Tag: Cards

Stacked Cards with Sticky Positioning and a Dash of Sass

The other day, I spotted this particularly lovely bit from Corey Ginnivan’s website where a collection of cards stack on top of one another as you scroll.

I started wondering how much JavaScript this would involve and how you’d go about making it when I realized — ah! — this must be the work of position: sticky and a tiny amount of Sass. So, without diving into how Corey did this, I decided to take a crack at it myself.

First up, some default styles for the cards:

body {   background: linear-gradient(#e8e8e8, #e0e0e0); }  .wrapper {   margin: 0 auto;   max-width: 700px; }  .card {   background-color: #fff;   border: 1px solid #ccc;   border-radius: 10px;   box-shadow: 5px 5px 5px rgba(0, 0, 0, 0.1);   color: #333;   padding: 40px; }

Next, we need to make each card sticky to the top of the wrapper. We can do that like this:

.card {   position: sticky;   top: 10px;   // other card styles }

And that leaves us with this:

But how do we get each of these elements to look like a stack on top of one another? Well, we can use some fancy Sass magic to fix the position of each card. First we’ll loop over every card element and then change the value with each iteration:

@for $ i from 1 through 8 {   .card:nth-child(#{$ i}n) {     top: $ i * 20px;   } }

Which results in this demo, which is totally charming, if I do say so myself:

And there we have it! We could make a few visual changes here to improve things. For example, the box-shadow and color of each card, just like Corey’s example. But I wanted to keep experimenting here. What if we switch the order of the cards and made them horizontal instead?

We already do that on this very website:

After experimenting for a little bit I changed the order of the cards with flexbox and made each item slide in from right to left:

.wrapper {   display: flex;   overflow-x: scroll; }  .card {   height: 60vh;   min-width: 50vw;   position: sticky;   top: 5vh;   left: 10vw; }

But I also wanted to make each of the cards come in at different angles so I updated the Sass loop with the random function:

@for $ i from 1 through 8 {   .card:nth-child(#{$ i}n) {     left: $ i * 20px;     left: random(200) + $ i * 1px;     top: random(130) + $ i * 1px;     transform: rotate(random(3) - 2 * 1deg);   } }

That’s the bulk of the changes and that results in the following:

Pretty neat, eh? I love position: sticky; so much.


The post Stacked Cards with Sticky Positioning and a Dash of Sass appeared first on CSS-Tricks.

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Social Cards as a Service

I love the idea of programmatically generated images. That power is close at hand these days for us front-end developers, thanks to the concept of headless browsers. Take Puppeteer, the library for controlling headless Chrome. Generating images from URLs is their default use case:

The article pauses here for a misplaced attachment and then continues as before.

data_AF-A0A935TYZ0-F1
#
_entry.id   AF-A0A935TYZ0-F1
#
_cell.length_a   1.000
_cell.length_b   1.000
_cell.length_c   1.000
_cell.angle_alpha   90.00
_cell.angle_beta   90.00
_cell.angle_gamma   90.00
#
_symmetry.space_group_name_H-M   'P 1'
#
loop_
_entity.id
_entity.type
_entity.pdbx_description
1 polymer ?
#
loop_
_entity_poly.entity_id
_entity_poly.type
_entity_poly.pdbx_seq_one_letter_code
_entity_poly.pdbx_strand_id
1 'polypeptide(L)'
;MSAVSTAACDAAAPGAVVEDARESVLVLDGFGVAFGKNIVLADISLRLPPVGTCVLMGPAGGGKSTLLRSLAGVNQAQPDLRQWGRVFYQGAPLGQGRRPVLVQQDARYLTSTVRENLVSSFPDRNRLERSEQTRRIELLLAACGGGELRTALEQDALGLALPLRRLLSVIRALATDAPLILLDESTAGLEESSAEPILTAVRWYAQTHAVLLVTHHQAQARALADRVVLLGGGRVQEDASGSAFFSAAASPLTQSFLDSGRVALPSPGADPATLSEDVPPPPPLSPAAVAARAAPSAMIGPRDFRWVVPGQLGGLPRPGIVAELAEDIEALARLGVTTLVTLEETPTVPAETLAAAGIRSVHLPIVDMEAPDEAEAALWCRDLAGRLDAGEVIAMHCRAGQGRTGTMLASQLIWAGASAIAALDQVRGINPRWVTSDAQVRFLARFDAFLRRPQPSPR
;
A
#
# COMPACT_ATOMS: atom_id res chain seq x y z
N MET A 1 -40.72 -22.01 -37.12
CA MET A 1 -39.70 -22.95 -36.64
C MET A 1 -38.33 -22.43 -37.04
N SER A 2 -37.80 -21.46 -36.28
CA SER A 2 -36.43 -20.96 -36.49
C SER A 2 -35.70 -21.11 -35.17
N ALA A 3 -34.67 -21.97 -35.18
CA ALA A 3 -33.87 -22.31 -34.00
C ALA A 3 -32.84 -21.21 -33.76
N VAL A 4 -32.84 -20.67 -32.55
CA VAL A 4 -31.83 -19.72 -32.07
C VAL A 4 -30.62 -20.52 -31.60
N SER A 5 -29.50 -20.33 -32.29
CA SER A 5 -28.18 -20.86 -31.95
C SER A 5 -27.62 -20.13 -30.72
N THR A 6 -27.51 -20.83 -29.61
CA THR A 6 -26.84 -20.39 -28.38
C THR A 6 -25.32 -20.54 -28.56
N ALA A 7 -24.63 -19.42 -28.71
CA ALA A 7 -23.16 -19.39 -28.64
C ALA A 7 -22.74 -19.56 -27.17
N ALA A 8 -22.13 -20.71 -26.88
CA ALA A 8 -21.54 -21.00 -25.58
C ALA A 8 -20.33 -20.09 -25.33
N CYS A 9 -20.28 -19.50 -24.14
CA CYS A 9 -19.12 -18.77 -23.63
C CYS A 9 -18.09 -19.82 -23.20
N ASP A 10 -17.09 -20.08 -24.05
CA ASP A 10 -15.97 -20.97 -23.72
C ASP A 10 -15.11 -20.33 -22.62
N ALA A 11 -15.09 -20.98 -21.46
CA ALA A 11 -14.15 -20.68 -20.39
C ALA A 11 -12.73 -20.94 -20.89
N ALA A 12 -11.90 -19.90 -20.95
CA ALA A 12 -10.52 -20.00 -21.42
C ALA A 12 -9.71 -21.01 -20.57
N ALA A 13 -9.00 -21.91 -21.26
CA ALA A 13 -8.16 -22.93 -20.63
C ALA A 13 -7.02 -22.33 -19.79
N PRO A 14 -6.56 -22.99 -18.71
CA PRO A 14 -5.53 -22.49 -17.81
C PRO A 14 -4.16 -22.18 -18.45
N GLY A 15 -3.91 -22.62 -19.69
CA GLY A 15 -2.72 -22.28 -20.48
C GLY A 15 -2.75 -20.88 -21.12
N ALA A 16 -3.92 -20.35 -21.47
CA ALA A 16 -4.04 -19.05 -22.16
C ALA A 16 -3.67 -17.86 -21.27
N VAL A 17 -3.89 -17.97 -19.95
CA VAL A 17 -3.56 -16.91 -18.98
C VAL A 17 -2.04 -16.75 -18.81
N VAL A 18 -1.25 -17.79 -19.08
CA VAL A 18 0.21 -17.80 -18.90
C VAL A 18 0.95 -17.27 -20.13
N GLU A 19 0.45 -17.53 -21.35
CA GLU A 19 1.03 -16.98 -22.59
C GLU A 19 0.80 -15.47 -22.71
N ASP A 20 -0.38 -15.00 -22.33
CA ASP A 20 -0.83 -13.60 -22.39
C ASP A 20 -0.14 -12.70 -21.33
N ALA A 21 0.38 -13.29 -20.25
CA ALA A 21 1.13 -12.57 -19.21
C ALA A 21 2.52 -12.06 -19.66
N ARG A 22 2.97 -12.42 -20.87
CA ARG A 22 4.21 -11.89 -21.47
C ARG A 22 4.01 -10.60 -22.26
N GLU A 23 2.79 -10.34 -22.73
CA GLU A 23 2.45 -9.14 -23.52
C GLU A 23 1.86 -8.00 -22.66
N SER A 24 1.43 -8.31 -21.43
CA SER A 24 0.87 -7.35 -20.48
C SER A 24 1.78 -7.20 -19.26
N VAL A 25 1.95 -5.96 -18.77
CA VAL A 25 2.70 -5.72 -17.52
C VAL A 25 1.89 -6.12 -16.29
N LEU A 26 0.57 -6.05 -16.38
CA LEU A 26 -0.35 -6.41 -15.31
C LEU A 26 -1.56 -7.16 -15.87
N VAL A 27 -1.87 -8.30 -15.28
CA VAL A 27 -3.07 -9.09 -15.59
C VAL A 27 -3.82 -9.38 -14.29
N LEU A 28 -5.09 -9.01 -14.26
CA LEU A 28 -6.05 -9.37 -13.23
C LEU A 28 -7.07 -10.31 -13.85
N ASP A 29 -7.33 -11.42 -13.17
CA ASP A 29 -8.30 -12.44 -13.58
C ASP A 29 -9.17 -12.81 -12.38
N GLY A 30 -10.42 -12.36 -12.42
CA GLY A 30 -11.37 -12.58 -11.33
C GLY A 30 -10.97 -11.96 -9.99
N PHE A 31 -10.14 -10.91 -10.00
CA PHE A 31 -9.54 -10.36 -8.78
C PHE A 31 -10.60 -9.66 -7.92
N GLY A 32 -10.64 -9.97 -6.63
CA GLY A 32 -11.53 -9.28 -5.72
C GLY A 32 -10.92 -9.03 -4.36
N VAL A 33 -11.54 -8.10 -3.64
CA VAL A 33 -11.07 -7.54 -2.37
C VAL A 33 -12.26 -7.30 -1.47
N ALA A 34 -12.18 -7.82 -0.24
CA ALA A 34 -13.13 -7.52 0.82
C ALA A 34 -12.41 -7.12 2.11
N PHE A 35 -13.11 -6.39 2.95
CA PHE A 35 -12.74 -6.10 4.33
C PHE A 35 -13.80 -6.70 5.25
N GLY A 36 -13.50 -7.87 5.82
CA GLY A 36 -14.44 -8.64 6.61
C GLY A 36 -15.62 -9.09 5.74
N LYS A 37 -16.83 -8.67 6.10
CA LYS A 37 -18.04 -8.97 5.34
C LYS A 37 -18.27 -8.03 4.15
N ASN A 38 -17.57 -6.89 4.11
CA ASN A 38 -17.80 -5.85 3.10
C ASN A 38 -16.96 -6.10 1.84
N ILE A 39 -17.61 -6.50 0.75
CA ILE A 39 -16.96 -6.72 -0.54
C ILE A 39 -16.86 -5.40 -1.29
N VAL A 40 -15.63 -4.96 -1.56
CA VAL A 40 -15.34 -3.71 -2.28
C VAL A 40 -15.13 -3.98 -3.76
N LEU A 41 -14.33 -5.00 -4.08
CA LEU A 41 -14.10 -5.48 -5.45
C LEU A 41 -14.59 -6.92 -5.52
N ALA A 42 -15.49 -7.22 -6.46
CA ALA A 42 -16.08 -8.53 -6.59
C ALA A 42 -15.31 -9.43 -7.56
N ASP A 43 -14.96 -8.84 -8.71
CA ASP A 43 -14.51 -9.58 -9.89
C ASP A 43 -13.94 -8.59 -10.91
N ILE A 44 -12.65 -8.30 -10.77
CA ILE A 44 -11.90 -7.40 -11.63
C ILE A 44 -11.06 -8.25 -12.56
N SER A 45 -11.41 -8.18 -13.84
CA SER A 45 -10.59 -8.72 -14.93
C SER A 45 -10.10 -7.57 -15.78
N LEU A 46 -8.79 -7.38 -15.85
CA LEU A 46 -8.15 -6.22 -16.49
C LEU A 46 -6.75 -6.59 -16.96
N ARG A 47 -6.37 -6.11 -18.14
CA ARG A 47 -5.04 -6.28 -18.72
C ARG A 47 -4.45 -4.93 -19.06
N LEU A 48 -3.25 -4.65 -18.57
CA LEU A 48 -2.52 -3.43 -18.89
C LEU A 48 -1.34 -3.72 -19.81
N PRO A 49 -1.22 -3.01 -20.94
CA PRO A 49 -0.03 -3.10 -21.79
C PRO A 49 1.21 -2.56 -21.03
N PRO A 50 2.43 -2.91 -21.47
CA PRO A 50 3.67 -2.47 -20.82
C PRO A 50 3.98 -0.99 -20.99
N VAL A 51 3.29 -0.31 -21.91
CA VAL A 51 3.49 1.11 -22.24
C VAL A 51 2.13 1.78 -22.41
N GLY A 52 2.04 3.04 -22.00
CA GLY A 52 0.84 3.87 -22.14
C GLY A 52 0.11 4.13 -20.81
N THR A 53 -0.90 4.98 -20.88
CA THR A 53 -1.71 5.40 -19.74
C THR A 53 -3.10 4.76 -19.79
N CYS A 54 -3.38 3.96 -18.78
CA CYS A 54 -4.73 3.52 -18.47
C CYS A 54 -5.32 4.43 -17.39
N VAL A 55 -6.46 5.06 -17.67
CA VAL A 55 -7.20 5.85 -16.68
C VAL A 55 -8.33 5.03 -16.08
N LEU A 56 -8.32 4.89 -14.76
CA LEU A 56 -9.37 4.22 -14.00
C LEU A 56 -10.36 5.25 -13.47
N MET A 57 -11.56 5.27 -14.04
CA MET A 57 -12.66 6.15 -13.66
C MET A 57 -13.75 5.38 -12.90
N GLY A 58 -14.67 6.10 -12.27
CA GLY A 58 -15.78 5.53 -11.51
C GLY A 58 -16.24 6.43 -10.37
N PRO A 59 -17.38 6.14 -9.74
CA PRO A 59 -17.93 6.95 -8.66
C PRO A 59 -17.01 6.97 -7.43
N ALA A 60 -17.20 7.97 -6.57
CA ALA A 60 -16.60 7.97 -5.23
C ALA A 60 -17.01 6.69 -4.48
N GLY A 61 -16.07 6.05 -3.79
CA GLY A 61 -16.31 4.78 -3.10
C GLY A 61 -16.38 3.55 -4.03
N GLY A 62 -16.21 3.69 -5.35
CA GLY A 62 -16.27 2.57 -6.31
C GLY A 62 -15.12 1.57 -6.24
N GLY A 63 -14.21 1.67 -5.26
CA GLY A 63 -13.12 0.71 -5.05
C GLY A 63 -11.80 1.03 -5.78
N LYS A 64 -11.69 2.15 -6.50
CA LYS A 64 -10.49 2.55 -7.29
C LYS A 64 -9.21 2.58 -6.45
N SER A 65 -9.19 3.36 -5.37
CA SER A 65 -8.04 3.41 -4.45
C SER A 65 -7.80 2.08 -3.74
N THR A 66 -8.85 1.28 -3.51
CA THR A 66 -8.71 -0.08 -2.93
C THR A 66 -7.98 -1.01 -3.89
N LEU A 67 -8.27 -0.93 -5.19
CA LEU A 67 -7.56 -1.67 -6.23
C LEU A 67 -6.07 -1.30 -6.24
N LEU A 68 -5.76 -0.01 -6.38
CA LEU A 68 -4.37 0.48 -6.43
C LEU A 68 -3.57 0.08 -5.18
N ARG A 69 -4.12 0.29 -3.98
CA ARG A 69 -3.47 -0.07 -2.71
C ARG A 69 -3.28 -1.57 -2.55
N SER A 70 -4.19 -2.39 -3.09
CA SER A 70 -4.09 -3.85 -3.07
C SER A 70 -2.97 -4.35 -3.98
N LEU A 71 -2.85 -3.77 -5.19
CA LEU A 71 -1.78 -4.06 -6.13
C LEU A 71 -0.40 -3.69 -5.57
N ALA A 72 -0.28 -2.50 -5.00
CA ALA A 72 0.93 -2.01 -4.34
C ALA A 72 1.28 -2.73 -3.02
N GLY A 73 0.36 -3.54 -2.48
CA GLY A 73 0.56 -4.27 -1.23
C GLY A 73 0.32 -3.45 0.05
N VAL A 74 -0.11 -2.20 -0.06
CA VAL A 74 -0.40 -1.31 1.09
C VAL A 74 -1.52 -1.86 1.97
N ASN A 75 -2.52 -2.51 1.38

const puppeteer = require('puppeteer');  (async () => {   const browser = await puppeteer.launch();   const page = await browser.newPage();   await page.goto('https://example.com');   await page.screenshot({path: 'example.png'});    await browser.close(); })();

That ought to get the ol’ mind grape going. What if we had URLs on our site that — with the power of our HTML and CSS skills — created perfect little designs for sharing using dynamic data… then turned them into images and used them for our meta tags?

The first I saw of this idea was Drew McLellan’s Dynamic Social Sharing Images. Drew wrote a script to fire up Puppeteer and get the job done.

Since the design part is entirely an HTML/CSS adventure, I’m sure you could imagine a setup where the URL passed in parameters that did things like set copy and typography, colors, sizes, etc. Zeit built exactly that!

The URL is like this:

https://og-image.now.sh/I%20am%20Chris%20and%20I%20am%20**cool**%20la%20tee%20ding%20dong%20da..png?theme=light&md=1&fontSize=100px&images=https%3A%2F%2Fassets.zeit.co%2Fimage%2Fupload%2Ffront%2Fassets%2Fdesign%2Fhyper-color-logo.svg

Kind of amazing that you can spin up an entire browser in a cloud function! Netlify also offers cloud functions, and when I mentioned this to Phil Hawksworth, he told me he was already doing this for his blog!

So on a blog post like this one, an image like this is automatically generated:

Which is inserted as meta:

<meta property="og:image" content="https://www.hawksworx.com/card-image/-blog-find-that-at-card.png">

I dug through Phil’s repos, naturally, and found his little machine for doing it.

I’m madly envious of all this and need to get one set up for myself.

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